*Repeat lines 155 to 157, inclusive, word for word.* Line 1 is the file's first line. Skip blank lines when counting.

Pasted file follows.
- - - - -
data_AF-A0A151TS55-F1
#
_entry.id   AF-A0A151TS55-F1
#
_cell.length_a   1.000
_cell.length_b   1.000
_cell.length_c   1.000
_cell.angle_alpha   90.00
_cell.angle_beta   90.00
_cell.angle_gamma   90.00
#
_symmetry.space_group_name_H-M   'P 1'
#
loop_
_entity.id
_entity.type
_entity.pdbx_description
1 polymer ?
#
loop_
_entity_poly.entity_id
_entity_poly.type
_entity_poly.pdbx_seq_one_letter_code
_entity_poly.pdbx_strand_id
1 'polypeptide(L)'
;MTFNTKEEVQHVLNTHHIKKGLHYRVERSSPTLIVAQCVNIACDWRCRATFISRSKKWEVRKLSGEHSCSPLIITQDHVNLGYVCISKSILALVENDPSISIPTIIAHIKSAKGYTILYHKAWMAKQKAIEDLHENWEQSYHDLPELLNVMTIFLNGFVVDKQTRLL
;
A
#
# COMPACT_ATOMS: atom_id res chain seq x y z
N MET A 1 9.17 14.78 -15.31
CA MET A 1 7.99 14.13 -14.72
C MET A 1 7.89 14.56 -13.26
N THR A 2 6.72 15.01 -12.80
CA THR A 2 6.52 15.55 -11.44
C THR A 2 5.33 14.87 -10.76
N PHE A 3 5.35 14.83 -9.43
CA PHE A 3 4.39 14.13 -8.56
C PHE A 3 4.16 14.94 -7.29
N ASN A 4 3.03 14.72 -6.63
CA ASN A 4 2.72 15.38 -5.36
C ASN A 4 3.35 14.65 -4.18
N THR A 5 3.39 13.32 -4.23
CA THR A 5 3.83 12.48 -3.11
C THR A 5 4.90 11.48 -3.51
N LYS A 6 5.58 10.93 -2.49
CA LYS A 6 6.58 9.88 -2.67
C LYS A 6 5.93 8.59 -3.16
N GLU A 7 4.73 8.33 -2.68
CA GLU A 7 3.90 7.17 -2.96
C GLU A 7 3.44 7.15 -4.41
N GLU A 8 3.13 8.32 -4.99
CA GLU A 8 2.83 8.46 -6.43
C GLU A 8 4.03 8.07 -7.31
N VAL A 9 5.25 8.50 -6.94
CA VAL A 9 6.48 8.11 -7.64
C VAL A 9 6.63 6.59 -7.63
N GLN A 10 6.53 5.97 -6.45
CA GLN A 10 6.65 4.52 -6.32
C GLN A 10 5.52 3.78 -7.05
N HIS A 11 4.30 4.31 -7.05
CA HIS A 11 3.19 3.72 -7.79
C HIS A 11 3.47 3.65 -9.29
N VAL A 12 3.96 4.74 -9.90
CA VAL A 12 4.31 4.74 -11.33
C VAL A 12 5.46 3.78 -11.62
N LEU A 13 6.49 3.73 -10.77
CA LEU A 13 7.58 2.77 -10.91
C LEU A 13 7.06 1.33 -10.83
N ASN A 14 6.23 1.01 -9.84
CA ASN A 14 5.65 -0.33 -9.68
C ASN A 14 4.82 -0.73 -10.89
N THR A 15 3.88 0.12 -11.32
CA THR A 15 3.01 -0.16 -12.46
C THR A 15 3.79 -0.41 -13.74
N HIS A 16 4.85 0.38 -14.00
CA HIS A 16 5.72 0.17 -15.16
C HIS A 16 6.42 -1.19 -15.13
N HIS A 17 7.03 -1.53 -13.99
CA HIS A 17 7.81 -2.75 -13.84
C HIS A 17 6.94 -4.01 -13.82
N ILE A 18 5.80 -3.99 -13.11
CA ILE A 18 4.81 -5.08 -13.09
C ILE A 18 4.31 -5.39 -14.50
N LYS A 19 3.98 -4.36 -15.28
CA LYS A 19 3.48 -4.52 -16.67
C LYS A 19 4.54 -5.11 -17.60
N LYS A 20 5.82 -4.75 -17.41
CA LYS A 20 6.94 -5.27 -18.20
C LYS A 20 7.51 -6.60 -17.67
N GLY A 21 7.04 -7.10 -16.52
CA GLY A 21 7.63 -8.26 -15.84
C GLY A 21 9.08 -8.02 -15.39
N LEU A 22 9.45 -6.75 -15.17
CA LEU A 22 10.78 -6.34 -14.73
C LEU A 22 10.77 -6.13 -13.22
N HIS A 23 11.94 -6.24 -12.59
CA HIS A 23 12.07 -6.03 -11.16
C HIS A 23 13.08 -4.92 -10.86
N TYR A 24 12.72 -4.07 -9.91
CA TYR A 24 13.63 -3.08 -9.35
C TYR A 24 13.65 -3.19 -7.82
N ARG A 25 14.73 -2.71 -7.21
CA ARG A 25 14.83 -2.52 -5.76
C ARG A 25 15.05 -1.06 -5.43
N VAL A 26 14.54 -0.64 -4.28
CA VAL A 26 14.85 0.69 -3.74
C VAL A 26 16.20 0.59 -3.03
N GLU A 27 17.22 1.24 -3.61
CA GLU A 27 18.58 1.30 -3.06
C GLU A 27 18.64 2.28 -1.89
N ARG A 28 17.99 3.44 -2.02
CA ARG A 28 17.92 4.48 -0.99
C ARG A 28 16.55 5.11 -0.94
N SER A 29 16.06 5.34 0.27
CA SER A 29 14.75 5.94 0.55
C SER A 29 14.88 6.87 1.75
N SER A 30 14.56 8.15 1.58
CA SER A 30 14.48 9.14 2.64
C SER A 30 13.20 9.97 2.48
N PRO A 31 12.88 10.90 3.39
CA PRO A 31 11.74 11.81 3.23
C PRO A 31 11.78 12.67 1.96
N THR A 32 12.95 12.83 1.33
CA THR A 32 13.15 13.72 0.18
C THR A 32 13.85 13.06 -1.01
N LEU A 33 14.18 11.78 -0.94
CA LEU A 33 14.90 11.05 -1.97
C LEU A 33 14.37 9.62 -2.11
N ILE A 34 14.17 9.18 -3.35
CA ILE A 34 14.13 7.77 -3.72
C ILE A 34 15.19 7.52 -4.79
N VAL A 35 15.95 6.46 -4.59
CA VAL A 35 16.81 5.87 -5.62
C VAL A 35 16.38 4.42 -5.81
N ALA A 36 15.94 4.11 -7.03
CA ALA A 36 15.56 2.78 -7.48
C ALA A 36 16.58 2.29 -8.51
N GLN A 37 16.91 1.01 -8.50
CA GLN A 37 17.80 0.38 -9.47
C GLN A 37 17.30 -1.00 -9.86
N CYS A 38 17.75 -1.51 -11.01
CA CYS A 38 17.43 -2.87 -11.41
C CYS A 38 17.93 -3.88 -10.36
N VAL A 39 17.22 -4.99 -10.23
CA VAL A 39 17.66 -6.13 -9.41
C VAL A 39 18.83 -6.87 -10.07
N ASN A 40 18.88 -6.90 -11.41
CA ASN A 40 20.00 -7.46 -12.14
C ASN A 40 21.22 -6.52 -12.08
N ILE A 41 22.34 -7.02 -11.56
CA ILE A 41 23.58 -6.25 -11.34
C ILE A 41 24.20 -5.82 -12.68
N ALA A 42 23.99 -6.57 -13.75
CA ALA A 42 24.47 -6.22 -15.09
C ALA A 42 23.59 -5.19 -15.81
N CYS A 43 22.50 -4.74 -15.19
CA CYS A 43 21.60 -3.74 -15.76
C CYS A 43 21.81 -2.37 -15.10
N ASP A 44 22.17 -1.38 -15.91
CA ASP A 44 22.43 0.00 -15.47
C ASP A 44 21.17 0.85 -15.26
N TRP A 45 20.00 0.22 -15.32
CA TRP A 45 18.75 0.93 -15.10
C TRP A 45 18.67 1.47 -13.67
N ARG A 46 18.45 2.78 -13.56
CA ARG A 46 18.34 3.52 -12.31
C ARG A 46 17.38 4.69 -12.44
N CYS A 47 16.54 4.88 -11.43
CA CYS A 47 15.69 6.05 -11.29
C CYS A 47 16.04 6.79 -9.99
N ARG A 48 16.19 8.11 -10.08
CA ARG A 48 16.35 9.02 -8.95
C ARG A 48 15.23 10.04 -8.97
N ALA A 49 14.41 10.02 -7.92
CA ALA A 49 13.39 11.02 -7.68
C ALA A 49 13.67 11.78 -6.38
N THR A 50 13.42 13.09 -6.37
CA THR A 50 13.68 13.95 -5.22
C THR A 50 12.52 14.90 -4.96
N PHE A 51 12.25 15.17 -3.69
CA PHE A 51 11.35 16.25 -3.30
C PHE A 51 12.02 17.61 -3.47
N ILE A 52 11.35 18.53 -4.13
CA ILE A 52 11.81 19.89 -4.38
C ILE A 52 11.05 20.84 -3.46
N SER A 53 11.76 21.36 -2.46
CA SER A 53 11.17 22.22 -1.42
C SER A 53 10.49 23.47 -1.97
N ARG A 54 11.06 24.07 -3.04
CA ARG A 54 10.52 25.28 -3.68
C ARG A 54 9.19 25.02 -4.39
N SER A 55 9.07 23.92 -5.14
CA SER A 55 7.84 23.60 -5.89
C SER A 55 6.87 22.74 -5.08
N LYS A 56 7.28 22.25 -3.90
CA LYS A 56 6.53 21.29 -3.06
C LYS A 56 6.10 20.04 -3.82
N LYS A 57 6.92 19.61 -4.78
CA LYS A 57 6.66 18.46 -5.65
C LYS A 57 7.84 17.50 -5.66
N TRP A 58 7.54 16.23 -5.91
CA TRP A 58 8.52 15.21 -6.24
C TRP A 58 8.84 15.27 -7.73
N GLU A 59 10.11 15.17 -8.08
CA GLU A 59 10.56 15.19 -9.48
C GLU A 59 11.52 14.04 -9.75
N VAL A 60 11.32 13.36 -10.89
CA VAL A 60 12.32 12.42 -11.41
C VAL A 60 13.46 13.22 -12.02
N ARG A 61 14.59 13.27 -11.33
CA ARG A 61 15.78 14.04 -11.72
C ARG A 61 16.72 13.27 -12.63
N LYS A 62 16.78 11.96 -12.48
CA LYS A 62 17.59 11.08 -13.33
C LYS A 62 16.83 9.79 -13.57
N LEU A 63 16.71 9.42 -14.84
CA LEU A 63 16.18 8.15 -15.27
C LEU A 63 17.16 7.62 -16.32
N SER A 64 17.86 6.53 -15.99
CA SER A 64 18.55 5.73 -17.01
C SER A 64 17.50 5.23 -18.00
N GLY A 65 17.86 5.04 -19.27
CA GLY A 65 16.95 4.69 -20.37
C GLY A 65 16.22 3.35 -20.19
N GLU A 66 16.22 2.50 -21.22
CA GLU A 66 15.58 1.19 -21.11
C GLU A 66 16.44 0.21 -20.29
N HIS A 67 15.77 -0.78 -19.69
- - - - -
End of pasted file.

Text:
CA ALA A 42 24.47 -6.22 -15.09
C ALA A 42 23.59 -5.19 -15.81
N CYS A 43 22.50 -4.74 -15.19